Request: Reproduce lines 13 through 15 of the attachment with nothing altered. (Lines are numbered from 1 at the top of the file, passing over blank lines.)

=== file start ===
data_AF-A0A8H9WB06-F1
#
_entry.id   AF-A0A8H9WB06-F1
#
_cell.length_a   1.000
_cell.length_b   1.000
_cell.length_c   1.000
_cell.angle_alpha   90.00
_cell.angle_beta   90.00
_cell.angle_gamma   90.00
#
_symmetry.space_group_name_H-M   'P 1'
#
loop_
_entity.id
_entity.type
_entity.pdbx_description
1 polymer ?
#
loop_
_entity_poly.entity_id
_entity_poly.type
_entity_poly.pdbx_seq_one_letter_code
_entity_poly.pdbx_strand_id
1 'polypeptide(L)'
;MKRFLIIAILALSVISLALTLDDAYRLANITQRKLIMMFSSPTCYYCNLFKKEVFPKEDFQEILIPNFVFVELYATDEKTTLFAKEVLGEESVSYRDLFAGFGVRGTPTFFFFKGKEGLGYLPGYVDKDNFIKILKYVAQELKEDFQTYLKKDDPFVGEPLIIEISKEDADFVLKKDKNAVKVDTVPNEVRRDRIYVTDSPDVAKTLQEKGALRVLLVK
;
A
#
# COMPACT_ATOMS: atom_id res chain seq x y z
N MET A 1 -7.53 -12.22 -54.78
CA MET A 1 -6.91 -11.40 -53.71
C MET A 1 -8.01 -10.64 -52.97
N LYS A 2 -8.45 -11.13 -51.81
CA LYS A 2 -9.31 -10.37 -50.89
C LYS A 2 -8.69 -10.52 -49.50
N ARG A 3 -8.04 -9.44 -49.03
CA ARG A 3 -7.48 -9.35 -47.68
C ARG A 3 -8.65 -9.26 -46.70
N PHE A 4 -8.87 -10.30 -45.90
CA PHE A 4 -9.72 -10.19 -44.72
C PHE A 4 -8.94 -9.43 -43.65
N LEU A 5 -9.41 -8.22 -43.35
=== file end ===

#
loop_
_entity.id